CalmWave Blog

The Power of Outside Thinking in Solving Business Problems

CalmWave Blog

The Power of Outside Thinking in Solving Business Problems

Via Fast Company, Written by Ophir Ronen, CEO & Co-Founder of CalmWave and member of Fast Co. Impact Council.


A lack of industry knowledge can actually benefit organizations and their needs.


Across every industry, from energy to manufacturing, to aerospace, there are problems so deeply entrenched that they seem insurmountable. In almost all cases, leaders, consultants, and task teams spend years and enormous budgets to tackle these challenges, too often to no avail. The result: At a certain point, people just give up, and these entrenched problems become accepted as an unfortunate reality. “That’s the way we always do it” becomes “That’s just how it is.”

Given the significant resources devoted to solving these problems, we must ask ourselves if the approach works. At CalmWave, we are tackling a deeply entrenched problem in healthcare, and I believe the patterns we are applying, learned in enterprise IT operations, is broadly applicable.


Differentiate the Signal from the Noise


If you have spent any time in an intensive care unit (ICU), you remember the incessant, nerve-wracking alarms. Like most people, you probably wondered how the critical care staff could tell the alarms apart—how to differentiate the signal from the noise. You probably also wondered, with great concern, how critically ill patients in the ICU ever get a moment of rest. And you would be right in wondering both of these things.

This cacophony of noise is known as “alarm fatigue.” This phenomenon is experienced by healthcare providers, especially those working in ICUs and other critical care settings, who become desensitized or overwhelmed by the sheer number of alarms and alerts generated by medical devices and monitoring systems.

This alarm fatigue problem isn’t new. This began all the way back with the first bedside vital signs monitors in the 1950s, and over the decades, smart people have tried and failed to solve this pernicious problem.


An Outside Perspective


I am not a hospital executive or healthcare veteran. I happened upon the clinical alarm fatigue problem serendipitously. At the height of the pandemic, I took a sabbatical from my company, PagerDuty, and joined my local county’s search and rescue team as my way of fulfilling my civic duty responsibility.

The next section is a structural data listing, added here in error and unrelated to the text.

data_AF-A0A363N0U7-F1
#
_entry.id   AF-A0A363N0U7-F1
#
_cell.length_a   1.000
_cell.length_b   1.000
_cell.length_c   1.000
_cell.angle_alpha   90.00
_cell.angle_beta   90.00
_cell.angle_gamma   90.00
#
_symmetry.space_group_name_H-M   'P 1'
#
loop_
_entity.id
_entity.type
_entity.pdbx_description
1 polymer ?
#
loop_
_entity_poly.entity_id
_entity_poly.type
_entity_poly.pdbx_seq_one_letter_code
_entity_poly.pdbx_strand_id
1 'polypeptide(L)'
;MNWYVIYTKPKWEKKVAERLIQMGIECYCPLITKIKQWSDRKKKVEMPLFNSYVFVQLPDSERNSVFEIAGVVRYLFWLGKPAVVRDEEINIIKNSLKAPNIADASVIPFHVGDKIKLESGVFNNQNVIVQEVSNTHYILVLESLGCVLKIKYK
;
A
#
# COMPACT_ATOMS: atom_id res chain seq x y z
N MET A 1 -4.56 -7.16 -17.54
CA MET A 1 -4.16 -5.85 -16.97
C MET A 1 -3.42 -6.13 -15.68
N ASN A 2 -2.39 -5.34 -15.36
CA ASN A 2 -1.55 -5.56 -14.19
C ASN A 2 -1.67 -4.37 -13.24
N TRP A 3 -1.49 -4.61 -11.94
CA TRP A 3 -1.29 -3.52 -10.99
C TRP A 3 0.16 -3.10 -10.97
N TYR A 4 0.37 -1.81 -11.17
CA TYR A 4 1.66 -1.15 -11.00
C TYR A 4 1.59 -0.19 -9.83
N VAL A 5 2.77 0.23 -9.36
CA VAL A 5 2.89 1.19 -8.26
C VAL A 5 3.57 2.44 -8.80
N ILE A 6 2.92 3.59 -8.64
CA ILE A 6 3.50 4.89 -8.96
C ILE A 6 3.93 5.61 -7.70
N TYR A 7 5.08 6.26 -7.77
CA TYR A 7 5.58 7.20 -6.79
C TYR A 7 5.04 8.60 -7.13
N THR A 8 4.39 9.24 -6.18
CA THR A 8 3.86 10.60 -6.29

Search and rescue training is intense and generally done in the worst possible conditions (winter) to prepare volunteers for the role’s demands. When you are on a mission and heading to a rescue, there are some similarities to going on a hike. Typically, you are heavily loaded with equipment and trying to cover as much ground as possible, but there are still opportunities to talk with your teammates.

During one of these missions, clinicians on the team told me about ICU alarm fatigue. I learned that it has harmful and sometimes dire consequences for patients, but it is also a significant factor in clinician burnout and contributes to the highly stressful work environment. With an existing nursing shortage—nurses are leaving the industry in droves—it was unfathomable to me that clinicians and patients are forced to endure a noisy and stressful environment in places intended for rest and recovery.


Direct Experience Elsewhere Matters


I was an outsider to this problem, but an outsider with direct and relevant experience with alarm fatigue. I’d seen this pattern before, and most importantly, had solved the problem at scale in enterprise IT operations for Fortune 100 companies. I had the exact expertise necessary to build creative and battle-tested solutions to solve this problem. And as an outsider, I had an open mindset, free of preconceived ideas of what was possible.

Spoiler alert: At CalmWave, we solved the entrenched problem of alarm fatigue in ICUs using transparent AI, our counterpoint to generative AI. We capture, analyze, and synthesize real-time data from dozens of data sources (vital signs monitors, interventions, medications, labs, orders, and other electronic health records) to empower hospitals with the intelligence critical to solve the alarm fatigue problem, improve patient outcomes, optimize operations, and retain nursing staff. We start by resolving the scourge of non-actionable alarms and use that wealth of signal data to identify crucial insights into patient acuity and staff retention.

Had we approached this profoundly entrenched problem from the traditional lens, a clinical or medical industry lens, we likely would have proven unsuccessful, like many of our predecessors (the majority of whom are established, well-known, and highly resourced industry behemoths). However, blending a unique and diverse approach and using knowledge from multiple domains allowed us to leverage the power of synergy to form a new, broader perspective, thus empowering our mission of innovation-driven change.

The lessons from our story are universally applicable. They highlight the importance of cross-domain collaboration, teamwork, and utilizing the Zen practice of beginner’s mind, to drive innovation and change. This approach to solving challenging problems applies to all industries and domains and is at the heart of humanity’s ability to do amazing things for the greater good.

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